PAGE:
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Cosby v. Morin

United States District Court, D. Connecticut

November 6, 2017

MARK MORIN Defendant.


          Janet C. Hall, United States District Judge.

         On September 25, 2017, the plaintiff, Howard Cosby (“Cosby”), an inmate currently housed at Corrigan-Radgowski Correctional Institution in Uncasville, Connecticut, filed a pro se complaint pursuant to title 42, section 1983 of the United States Code against Mark Morin (“Morin”), a phlebotomist at Cheshire Correctional Institution, in his individual and official capacities for monetary relief. Cosby is suing Morin for taking blood and urine samples from him without his consent, in violation of his Eighth Amendment protection against cruel and unusual punishment. On September 26, 2017, this court granted Cosby's Motion to Proceed in forma pauperis. See Order (Doc. No. 6). That same day, Cosby filed a Motion to Amend his Complaint in order to add a claim that Morin violated his Fourteenth Amendment right to due process. Mot. to Amend Complaint (Doc. No. 7). This court granted Cosby's Motion to Amend on September 28, 2017. See Order (Doc. No. 8). On October 13, 2017, Cosby filed a document styled as an Amended Complaint. (Doc. No. 9). However, the text of that filing and Cosby's Motion to Amend both clearly indicate that Cosby intended the document styled as an Amended Complaint to supplement to the initial Complaint, rather than replace it. See Mot. to Am. at ¶ 2 (requesting leave to add a claim). Given the plaintiff's pro se status, the court will treat the Amended Complaint as incorporating by reference the initial Complaint, and will address the facts and arguments contained in both the initial Complaint (Doc. No. 1) and the Amended Complaint (Doc. No. 9).

         For the reasons articulated below, the Amended Complaint is dismissed in part.


         Pursuant to title 28, section 1915A of the United States Code, this court reviews prisoner civil complaints and dismisses any portion of the complaint that is frivolous or malicious, that fails to state a claim upon which relief may be granted, or that seeks monetary relief from a defendant who is immune from such relief. Although detailed allegations are not required, a complaint must include sufficient facts to afford the defendants fair notice of the claims and the grounds upon which they are based and to demonstrate a right to relief. Bell Atlantic v. Twombly, 550 U.S. 544, 555-56 (2007). Conclusory allegations are not sufficient. Ashcroft v. Iqbal, 556 U.S. 662, 678 (2009). The plaintiff must plead “enough facts to state a claim to relief that is plausible on its face.” Twombly, 550 U.S. at 570. Nevertheless, it is well-established that “[p]ro se complaints ‘must be construed liberally and interpreted to raise the strongest arguments that they suggest.'” Sykes v. Bank of Am., 723 F.3d 399, 403 (2d Cir. 2013) (quoting Triestman v. Fed. Bureau of Prisons, 470 F.3d 471, 474 (2d Cir. 2006)).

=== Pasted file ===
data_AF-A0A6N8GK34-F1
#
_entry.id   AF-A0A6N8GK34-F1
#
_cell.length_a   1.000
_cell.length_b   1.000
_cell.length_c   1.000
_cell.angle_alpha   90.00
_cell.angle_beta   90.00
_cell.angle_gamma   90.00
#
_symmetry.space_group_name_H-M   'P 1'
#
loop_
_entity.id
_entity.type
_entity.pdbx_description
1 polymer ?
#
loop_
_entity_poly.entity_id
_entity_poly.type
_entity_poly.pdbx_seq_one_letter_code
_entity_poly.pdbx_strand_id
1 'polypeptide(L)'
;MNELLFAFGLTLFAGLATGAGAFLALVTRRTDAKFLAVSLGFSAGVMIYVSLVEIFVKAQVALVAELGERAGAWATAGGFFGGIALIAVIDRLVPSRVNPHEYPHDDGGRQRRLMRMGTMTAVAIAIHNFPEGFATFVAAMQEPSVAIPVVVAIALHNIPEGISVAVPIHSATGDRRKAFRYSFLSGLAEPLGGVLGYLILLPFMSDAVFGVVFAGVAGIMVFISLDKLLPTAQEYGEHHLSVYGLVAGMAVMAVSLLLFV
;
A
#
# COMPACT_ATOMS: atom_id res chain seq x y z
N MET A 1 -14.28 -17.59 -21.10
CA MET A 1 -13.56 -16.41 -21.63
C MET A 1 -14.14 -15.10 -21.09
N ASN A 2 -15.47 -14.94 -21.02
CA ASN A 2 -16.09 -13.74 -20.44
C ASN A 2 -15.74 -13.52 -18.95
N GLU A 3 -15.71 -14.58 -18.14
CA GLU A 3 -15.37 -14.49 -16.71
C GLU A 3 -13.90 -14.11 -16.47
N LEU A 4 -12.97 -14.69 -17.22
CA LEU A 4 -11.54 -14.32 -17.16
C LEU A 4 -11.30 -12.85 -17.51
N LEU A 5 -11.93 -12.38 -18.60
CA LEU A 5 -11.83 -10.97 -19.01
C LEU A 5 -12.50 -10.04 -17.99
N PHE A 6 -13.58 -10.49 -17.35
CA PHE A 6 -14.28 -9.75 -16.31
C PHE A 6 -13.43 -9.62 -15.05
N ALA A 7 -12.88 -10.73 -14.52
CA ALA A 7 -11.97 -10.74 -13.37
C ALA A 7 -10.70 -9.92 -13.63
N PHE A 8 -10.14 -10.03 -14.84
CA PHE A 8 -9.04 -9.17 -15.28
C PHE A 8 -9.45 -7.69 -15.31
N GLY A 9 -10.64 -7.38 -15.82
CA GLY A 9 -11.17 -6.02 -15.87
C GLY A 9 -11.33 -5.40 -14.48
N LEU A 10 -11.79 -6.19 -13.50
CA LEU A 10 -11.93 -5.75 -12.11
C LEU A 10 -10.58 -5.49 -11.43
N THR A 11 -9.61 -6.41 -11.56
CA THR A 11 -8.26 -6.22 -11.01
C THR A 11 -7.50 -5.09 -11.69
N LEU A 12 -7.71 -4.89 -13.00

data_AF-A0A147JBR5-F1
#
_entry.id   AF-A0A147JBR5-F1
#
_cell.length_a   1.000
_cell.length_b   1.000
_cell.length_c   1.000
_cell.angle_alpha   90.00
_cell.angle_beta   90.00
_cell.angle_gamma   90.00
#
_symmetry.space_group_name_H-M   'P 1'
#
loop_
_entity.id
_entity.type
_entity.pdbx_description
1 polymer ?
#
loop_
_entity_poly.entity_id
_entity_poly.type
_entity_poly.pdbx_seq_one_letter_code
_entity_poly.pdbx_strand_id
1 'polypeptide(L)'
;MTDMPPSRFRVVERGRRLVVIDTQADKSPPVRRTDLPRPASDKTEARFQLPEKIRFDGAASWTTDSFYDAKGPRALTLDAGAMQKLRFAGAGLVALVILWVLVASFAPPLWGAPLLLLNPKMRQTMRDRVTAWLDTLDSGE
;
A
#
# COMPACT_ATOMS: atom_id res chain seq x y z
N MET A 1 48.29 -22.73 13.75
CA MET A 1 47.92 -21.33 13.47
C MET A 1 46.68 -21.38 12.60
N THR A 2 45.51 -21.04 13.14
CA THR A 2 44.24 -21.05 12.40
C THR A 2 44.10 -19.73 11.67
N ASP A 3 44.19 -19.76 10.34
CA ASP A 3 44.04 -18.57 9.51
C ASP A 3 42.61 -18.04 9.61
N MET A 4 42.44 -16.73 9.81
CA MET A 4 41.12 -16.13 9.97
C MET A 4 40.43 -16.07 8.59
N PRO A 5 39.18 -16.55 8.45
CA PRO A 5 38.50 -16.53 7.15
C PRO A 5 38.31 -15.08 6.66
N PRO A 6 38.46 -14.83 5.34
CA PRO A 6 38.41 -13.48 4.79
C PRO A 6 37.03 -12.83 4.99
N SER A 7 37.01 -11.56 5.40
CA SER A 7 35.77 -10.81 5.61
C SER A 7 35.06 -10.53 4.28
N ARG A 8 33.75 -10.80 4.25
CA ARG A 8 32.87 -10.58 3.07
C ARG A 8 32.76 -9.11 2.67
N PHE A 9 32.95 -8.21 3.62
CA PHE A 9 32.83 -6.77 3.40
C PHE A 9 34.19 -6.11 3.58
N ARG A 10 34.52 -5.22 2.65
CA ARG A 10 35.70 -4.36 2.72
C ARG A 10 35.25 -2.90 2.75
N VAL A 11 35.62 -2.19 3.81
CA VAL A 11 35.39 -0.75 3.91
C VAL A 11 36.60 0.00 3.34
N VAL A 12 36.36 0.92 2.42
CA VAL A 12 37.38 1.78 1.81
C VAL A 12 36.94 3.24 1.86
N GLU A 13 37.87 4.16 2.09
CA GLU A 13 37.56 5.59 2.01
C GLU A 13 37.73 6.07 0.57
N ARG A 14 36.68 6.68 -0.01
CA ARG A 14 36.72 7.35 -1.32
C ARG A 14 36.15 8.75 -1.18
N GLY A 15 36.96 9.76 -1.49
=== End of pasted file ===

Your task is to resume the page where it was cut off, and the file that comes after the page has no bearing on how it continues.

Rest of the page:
On December 22, 2014, Morin requested that Cosby provide him with blood and urine samples. Compl. (Doc. No. 1) at 6. Cosby told Morin that he did not want him to take blood and urine samples because he had just recently given them to clinical staff. Id. Despite Cosby's refusal, Morin drew the samples from Cosby. Id. On January 16, 2015, Cosby was called to the medical unit again, where a registered nurse (“RN”) identified only as “Cherryl” informed Cosby that he was “there for the second part of [his] physical” and then retracted that statement, telling him he did not need to complete anything because he had had a physical in October. Id. When Cosby informed RN Cherryl that he had informed Morin of this fact and nevertheless been told he needed to submit to testing, Cherryl told Morin that “the Nurse messed up.” Id.